Less than two months ago, Treasury Secretary Hank Paulson told Congress and
the country that if he were given virtually unlimited power to intervene in
the affairs of Fannie Mae and Freddie Mac he wouldn't have to use it.
"If you have a bazooka in your pocket and people know it, you probably
won't have to use it," was the inartful way he put it.
Well, Paulson was massively wrong, and remarkably quickly so. Worse, the
powers that Paulson successfully sought, rather than calming markets,
alarmed them further.
Fannie and Freddie do not originate mortgages. Instead, they buy mortgages,
bundle them into securities, guarantee their performance and sell them to
investors. This frees up funds from the mortgage originators to continue
lending. They also hold some of the mortgages they bundle and buy
mortgage-backed securities from others for investment.
Fannie and Freddie have to raise capital to buy mortgages. The threat of
federal intervention severely hampered their ability to do so. If there
were a federal intervention, no one knew what would happen to existing
shareholders and debt holders.
The seizure of the two companies orchestrated by Paulson over the weekend
wasn't a bailout. The management of Fannie and Freddie were still trying to
make things work despite the added burden of the uncertainty created by the
bazooka in Paulson's pocket.
Paulson concluded that they weren't going to make it. He decided that the
federal government was going to take them over.
So, the federal government put the companies into conservatorship. It also
awarded itself, for both Fannie and Freddie, a billion dollars in equity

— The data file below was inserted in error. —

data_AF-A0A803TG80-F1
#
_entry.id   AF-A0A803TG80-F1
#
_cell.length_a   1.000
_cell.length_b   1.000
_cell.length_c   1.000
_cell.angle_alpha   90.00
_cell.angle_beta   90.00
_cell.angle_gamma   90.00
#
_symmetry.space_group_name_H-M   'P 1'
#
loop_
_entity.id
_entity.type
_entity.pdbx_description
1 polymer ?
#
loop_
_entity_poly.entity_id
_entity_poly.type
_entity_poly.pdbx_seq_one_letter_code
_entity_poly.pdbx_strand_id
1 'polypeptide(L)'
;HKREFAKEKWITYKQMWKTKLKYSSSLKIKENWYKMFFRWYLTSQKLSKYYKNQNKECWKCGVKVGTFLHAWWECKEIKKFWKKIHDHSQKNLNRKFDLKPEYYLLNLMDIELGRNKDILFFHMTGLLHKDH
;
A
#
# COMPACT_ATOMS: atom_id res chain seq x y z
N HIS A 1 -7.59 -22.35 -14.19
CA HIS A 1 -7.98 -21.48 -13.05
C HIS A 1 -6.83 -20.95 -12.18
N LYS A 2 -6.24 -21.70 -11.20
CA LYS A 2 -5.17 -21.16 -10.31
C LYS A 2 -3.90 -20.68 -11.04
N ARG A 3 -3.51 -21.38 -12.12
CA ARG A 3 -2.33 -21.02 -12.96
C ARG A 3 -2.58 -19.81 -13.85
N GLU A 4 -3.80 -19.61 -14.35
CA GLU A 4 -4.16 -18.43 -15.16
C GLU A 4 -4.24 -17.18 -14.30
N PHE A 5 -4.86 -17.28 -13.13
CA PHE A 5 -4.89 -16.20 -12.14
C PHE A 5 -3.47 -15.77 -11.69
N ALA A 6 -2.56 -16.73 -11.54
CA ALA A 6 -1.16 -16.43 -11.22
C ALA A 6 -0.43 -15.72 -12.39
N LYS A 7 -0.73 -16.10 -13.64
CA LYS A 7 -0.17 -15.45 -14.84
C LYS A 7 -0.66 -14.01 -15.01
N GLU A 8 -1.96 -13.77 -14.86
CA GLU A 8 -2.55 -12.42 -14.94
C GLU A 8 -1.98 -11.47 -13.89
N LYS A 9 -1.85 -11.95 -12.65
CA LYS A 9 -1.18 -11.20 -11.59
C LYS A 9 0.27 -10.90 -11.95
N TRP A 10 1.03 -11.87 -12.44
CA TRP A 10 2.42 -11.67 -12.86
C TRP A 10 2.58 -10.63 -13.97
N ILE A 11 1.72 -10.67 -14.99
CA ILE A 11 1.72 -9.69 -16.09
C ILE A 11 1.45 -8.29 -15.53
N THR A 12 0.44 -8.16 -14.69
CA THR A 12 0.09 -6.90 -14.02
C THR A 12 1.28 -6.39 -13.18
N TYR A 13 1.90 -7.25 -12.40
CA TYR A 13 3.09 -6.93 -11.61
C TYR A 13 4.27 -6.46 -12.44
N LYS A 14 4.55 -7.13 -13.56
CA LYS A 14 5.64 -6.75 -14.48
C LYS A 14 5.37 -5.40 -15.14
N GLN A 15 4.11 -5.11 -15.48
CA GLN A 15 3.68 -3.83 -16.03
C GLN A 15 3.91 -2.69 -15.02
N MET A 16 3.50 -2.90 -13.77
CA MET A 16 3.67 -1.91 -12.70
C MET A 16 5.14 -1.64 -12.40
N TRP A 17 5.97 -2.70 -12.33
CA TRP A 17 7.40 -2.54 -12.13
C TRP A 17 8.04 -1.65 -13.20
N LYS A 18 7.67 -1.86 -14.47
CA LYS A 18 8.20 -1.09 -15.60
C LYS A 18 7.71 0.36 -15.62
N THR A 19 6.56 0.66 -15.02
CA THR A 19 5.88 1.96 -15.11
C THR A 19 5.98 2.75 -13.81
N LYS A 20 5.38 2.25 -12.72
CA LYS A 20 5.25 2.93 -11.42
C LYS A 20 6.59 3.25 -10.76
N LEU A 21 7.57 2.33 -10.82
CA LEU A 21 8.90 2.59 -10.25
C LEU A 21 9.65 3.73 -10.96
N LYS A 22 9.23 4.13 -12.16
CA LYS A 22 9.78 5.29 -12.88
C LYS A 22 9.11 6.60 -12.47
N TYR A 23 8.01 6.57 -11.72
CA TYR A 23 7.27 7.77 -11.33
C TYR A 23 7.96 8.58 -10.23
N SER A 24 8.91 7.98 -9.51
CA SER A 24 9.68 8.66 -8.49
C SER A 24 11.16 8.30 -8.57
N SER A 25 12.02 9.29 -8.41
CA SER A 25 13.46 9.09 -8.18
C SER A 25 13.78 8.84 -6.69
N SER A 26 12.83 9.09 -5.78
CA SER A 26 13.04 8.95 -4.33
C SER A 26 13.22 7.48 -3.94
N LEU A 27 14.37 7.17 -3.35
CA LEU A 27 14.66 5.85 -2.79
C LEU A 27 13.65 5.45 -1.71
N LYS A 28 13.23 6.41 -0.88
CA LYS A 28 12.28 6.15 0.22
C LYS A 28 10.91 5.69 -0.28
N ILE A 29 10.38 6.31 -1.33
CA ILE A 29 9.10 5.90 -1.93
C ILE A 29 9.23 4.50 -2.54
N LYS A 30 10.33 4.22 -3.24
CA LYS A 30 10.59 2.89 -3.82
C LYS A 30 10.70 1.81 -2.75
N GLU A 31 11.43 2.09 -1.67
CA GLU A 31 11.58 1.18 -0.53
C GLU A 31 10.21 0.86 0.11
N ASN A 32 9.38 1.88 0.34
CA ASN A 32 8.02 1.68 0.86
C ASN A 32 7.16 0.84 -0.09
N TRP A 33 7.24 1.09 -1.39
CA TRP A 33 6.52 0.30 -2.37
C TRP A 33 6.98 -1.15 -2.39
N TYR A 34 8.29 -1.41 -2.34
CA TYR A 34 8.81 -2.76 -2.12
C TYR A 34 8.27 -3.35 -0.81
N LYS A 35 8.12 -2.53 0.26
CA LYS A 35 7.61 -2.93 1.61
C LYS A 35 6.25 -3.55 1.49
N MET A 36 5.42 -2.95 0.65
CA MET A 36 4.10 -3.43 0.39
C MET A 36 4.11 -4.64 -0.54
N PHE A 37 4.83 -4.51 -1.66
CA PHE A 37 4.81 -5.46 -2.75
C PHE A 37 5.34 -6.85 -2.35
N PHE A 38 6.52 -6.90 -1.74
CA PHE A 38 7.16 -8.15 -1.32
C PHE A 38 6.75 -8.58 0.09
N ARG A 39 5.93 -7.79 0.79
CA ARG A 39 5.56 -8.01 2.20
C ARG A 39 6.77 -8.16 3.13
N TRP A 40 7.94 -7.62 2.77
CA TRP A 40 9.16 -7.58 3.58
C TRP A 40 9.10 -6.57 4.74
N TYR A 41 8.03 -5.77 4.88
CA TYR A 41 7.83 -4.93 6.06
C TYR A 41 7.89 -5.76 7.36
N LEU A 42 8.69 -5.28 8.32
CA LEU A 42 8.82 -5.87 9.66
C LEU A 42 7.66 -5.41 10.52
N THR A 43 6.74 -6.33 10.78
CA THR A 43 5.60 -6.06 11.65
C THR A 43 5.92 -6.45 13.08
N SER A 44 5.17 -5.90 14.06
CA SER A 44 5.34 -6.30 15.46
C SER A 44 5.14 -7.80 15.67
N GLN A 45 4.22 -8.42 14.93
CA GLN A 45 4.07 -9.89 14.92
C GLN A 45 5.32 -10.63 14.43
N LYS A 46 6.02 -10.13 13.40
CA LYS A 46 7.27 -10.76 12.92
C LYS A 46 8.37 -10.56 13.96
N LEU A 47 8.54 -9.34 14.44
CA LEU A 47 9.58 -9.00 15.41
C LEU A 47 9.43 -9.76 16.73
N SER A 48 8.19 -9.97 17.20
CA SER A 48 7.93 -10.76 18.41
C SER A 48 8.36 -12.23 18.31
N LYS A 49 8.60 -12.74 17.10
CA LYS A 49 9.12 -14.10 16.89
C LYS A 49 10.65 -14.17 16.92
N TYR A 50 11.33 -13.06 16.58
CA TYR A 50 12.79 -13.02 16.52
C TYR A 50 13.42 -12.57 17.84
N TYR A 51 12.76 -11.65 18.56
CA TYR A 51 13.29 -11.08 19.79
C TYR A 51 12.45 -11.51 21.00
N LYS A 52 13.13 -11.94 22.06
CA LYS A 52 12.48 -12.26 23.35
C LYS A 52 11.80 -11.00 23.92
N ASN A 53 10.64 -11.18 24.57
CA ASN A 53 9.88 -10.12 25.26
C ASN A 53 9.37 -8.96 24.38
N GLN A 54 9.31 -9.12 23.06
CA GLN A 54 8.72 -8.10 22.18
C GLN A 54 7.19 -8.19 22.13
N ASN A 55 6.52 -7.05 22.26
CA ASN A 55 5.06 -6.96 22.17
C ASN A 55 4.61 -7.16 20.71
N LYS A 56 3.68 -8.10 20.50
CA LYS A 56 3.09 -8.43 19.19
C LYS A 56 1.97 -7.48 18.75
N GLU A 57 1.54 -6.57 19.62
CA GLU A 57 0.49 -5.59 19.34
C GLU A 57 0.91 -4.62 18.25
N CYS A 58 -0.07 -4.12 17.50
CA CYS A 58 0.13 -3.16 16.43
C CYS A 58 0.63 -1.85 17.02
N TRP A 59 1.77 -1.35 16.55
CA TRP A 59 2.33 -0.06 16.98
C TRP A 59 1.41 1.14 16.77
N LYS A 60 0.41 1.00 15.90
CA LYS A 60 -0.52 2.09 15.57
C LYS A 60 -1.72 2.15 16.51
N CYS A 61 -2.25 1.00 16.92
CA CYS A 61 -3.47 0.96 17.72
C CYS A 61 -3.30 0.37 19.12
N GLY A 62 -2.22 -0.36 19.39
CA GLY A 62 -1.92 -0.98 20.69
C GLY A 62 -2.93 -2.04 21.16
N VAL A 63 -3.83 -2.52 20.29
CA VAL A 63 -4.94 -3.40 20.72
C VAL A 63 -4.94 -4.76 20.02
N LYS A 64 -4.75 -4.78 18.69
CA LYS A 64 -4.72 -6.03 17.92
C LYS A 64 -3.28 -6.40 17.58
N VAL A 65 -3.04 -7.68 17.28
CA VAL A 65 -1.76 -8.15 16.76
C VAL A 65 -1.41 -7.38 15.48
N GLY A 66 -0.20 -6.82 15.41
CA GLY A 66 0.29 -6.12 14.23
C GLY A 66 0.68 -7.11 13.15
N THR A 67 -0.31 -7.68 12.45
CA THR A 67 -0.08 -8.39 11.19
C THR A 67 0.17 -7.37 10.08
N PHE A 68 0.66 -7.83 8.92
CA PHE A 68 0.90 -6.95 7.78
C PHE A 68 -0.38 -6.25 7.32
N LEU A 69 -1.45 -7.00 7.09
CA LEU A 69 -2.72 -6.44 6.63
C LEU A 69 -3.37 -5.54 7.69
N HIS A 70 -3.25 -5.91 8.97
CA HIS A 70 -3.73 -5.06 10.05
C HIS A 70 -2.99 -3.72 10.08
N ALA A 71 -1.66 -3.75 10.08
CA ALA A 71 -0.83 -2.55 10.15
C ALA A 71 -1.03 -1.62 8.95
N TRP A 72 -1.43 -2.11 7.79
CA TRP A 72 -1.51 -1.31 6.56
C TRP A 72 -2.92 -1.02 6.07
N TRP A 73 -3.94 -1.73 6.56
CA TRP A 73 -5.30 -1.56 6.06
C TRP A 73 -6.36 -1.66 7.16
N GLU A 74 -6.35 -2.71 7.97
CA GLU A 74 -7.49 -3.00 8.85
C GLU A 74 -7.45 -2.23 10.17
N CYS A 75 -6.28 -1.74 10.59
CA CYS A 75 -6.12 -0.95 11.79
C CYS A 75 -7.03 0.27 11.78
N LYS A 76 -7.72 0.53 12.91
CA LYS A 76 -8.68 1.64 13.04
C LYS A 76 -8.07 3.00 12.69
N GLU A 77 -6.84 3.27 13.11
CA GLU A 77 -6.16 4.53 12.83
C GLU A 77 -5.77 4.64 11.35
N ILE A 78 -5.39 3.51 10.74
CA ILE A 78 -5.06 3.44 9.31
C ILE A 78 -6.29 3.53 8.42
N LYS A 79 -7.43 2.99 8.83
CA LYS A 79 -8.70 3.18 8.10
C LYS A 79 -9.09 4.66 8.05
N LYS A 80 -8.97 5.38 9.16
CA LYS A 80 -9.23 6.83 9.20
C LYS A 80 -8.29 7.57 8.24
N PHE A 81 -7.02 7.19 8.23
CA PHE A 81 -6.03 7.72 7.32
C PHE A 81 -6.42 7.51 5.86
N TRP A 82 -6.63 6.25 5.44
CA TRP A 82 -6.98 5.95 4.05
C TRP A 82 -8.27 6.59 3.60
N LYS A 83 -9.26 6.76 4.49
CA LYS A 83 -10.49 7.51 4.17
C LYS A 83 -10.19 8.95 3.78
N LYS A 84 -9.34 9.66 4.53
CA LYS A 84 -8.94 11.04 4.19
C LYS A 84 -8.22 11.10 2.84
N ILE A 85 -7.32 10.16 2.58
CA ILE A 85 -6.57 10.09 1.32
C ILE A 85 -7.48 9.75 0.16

with a guaranteed rate of return of 10 percent and the right to purchase,
at terms it sets, up to about 80 percent of the company.
This wasn't even a takeover. It was thievery, Mafioso style.
In the modern world of global finance, Fannie and Freddie should not exist.
They are anachronisms. And they may not have made it.
But they deserved the chance to try, rather than being given a choice they
could not refuse by Godfather Paulson: accept conservatorship and preserve
some position for your shareholders or be involuntarily taken over with
shareholder equity being perhaps totally extinguished.
Paulson has asserted and seized a remarkable degree of authority over
private economic activity. He also forced the fire sale of Bear Sterns to
J.P. Morgan Chase. He even dictated the price of the transaction.
In the process, he has put taxpayers at risk for hundreds of billions of
dollars in mortgage financing. Fed chairman Ben Bernanke has willingly
allowed Paulson to use the Federal Reserve as a piggy bank for his power
grabs. As a result, half of the Fed's assets now consistent of junk other
investors are shunning.
This is all supposedly to prevent systemic financial risk. This is the
theory that if one big boy fails, all the big boys will fail.
In Fannie and Freddie's case, the consequences of their failure and their
indispensability to mortgage finance are both exaggerated.
The mortgage-backed securities Fannie and Freddie guarantee are mostly held
by others. The underwriting on the underlying mortgages was pretty sound.
The delinquency rate on them is just around 2 percent.
So, if the guarantees became doubtful, the market value of the securities
would decline, but not by much.
And there are other ways of creating a secondary market in mortgages. In
fact, the existence of Fannie and Freddie, with their substantial
competitive advantage from a perceived (now explicit) governmental
guarantee, hampered the development in this country of the covered bond
approach that predominates in Europe.
With covered bonds, the mortgage originator keeps the mortgage. The
originator then issues its own bonds backed by its mortgages, replenishing
its capital to keep lending. But because the originator is on the hook for
any defaults on the underlying mortgages, underwriting tends to be tighter.
Paulson, in addition to riding roughshod over the private economy, is
really trying to continue pumping money into housing when the market is
screaming, about as loudly as it can, that there's been an overinvestment
President Bush's previous treasury secretaries Paul O'Neill and John Snow
were thought to be mostly ineffectual. The country didn't know how well
it had it when Bush's treasury secretaries were merely ineffectual, rather
than perniciously effective.